Dining Review

The Dorrance’s New Chef Keeps Things Delicious

The Dorrance finds its perfect match in new chef, Massimiliano Mariotta

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After last month’s visit to birch, it seemed timely to check in with Chef Sukle’s former haunt, The Dorrance. Housed in a turn-of-the-century bank building on the corner of Dorrance and Westminster streets in downtown Providence, The Dorrance’s high ceilings and ornate detailing provide a fitting backdrop for an equally elegant menu. The first step inside this opulent interior will prime even the most nonchalant diner for a sophisticated evening. In our case, we couldn’t think of a more appropriate spot to dine before a masquerade ball in the ballroom of the Biltmore.

You may have already heard that The Dorrance is known for its cocktails. Of course you can order them at the dinner table, but I think it’s more fun to start your night at the bar, watching the adept bartenders mix exotic concoctions off the creative, playful cocktail menu. On this visit, I ordered The Rosemary... Baby! ($12), a lemony gin drink with rosemary and dandelion bitters, perfectly foamy with egg white. My husband tried the Serious Business ($12), a complex rye-based lowball garnished with a seriously spiked fig. We were dining fairly early, so the restaurant was quiet when we arrived, giving us a chance to explore the old vault (now a small lounge), and the upstairs platform, which overlooks most of the restaurant.

When we took a post-cocktail look at the menu, it was difficult to choose. Luckily we had brought friends who were willing to share. We each started with an appetizer: my two favorites were the Rhode Island Crudo ($12) and the Taglierini Norcia ($16). The Crudo features seafood based on the day’s catch. On our visit, it was delicate slices of scallop, nestled in lime confit and sprinkled with togarashi, served alongside three accompaniments: local edamame, cucumber granita surrounded by pickled ginger and a house made ponzu sauce. The arrangement was beautifully contrasted with a maroon shiso leaf garnish. The Taglierini, a thin pasta, was tossed with a fragrant black truffle sauce. We all remarked that the pasta was cooked to absolute perfection. The Burrata ($13) and House Cured Sea Trout ($13) were also good choices.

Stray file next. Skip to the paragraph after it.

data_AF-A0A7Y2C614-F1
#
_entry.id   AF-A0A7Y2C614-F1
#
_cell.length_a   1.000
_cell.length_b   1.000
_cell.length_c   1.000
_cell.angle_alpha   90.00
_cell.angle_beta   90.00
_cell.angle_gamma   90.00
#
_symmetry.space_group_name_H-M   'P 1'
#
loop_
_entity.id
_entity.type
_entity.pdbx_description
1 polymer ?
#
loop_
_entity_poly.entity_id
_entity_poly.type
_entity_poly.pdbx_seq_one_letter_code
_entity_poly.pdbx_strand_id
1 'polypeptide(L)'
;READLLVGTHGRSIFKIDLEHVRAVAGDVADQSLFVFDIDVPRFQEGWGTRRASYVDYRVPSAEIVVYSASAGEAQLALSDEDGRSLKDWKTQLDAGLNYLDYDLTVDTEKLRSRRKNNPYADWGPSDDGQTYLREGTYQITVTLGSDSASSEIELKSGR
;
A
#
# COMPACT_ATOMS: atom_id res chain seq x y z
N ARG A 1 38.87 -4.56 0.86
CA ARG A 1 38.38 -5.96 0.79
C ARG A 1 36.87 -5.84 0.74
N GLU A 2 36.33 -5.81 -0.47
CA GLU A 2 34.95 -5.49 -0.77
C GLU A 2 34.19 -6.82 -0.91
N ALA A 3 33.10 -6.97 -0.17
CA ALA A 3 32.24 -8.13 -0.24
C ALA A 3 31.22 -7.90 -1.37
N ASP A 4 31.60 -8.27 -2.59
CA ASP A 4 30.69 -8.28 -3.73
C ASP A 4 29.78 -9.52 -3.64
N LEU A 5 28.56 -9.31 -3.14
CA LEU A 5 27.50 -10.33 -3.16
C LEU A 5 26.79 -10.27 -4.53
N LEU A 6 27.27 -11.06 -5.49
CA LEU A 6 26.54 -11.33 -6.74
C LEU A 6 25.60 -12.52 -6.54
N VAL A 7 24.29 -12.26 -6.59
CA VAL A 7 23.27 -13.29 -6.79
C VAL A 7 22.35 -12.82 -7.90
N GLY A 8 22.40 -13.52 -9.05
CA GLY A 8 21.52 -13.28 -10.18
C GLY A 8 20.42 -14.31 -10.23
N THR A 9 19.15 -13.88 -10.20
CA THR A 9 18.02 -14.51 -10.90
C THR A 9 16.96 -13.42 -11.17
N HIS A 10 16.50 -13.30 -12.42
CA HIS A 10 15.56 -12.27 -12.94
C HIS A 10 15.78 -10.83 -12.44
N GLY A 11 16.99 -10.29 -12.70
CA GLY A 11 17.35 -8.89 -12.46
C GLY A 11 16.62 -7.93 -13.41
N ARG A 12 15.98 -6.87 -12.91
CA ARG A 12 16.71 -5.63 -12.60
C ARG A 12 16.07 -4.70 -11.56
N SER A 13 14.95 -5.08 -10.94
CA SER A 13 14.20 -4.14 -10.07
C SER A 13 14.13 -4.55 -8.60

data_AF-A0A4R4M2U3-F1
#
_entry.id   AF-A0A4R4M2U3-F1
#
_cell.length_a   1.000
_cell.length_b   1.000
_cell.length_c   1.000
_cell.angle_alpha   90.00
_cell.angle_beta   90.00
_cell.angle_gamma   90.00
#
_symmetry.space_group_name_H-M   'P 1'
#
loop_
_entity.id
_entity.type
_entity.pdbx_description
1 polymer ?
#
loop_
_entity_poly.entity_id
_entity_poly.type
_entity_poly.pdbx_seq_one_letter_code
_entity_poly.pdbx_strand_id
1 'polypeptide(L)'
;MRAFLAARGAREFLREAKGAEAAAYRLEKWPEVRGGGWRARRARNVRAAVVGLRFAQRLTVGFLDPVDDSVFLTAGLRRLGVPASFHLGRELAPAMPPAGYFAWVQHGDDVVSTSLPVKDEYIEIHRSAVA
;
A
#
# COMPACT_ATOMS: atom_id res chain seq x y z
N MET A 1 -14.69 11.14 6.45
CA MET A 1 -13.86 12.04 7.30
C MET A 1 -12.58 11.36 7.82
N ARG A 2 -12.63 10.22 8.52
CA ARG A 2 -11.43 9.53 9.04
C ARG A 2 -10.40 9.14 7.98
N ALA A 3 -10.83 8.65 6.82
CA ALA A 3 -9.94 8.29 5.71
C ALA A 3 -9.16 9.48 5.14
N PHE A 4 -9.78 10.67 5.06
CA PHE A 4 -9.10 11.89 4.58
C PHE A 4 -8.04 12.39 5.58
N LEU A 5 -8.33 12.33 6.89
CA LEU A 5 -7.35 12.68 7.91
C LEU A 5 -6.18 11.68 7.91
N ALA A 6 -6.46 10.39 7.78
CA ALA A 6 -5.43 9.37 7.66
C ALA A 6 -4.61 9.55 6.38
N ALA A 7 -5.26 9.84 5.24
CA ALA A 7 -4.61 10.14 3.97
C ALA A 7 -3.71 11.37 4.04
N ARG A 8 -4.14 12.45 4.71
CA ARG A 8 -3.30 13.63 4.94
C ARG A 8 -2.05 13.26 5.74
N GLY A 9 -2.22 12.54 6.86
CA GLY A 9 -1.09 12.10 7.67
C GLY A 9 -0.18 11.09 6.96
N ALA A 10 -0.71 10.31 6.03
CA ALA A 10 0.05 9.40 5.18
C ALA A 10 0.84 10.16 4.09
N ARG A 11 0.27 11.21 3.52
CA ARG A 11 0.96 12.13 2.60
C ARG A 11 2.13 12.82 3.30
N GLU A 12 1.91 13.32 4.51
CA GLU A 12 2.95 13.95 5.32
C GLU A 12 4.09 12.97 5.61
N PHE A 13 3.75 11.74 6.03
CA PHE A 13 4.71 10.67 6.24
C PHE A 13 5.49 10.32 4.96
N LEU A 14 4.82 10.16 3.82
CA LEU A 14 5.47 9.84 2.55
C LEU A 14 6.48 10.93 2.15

For my entree, I ordered the Duck Breast ($28), medium-rare slices of duck brushed with an orange maple glaze and served alongside ricotta späetzle. My husband ordered the Wiener Schnitzel ($30), a traditional fried veal cutlet accompanied by blue and white fries and a small salad. Both entrées hint at the European provenance of The Dorrance’s new chef, Massimiliano Mariotta, who comes from the Italian-speaking part of Switzerland. During dinner, he appeared in the dining room often to check on diners during their meals. We enjoyed chatting with him - he was enthusiastic and eager to talk about the menu and his passion for fresh ingredients. Our dining companions had the Scallop Mattapoisett ($28) and Sirloin Tagliata ($30). With our entrées, we drank the Livio Felluga Vertigo, a Cabernet/Merlot blend that was well-balanced and full of dark fruit.

Our waitress certainly possessed the skills required by a fine restaurant - an impeccable memory, good timing and the uncanny ability to know when we were pining for more bread (which, by the way, is baked by Foremost Baking Company and is too good to refuse).

A pre-dessert cheese course was tempting, as we were having so much fun, we didn’t want to leave. We chose a British cave-aged cheddar, Great Hill Blue from Massachusetts and Wheyside. Wheyside, along with two other cheese selections on the menu, is produced especially for The Dorrance by Nobscot Artisan Cheese from milk from Jersey cows at their Framingham, Massachusetts farm (Eastleigh). Wheyside was a pungent, orange-rind soft cheese that was on the stinky end of the spectrum, which I love. Our cheeses were accompanied by crostini, honey, jams and a few adorably tiny ground cherries.

We shared two desserts. A chocolate soufflé was served alongside a glass of sour cream gelato topped with fruit compote. Our four spoons made quick work of the soufflé, which was not too small, just too delicious. The dessert du jour was a panna cotta laced with Chambord and topped with fruit.

Since we took our time with dinner, a band was starting to set up in the opposite corner of the restaurant as we finished the last bites of dessert. It would have been fun to stay and dance, but like a predictable ending to our storybook dinner, we were late for our ball.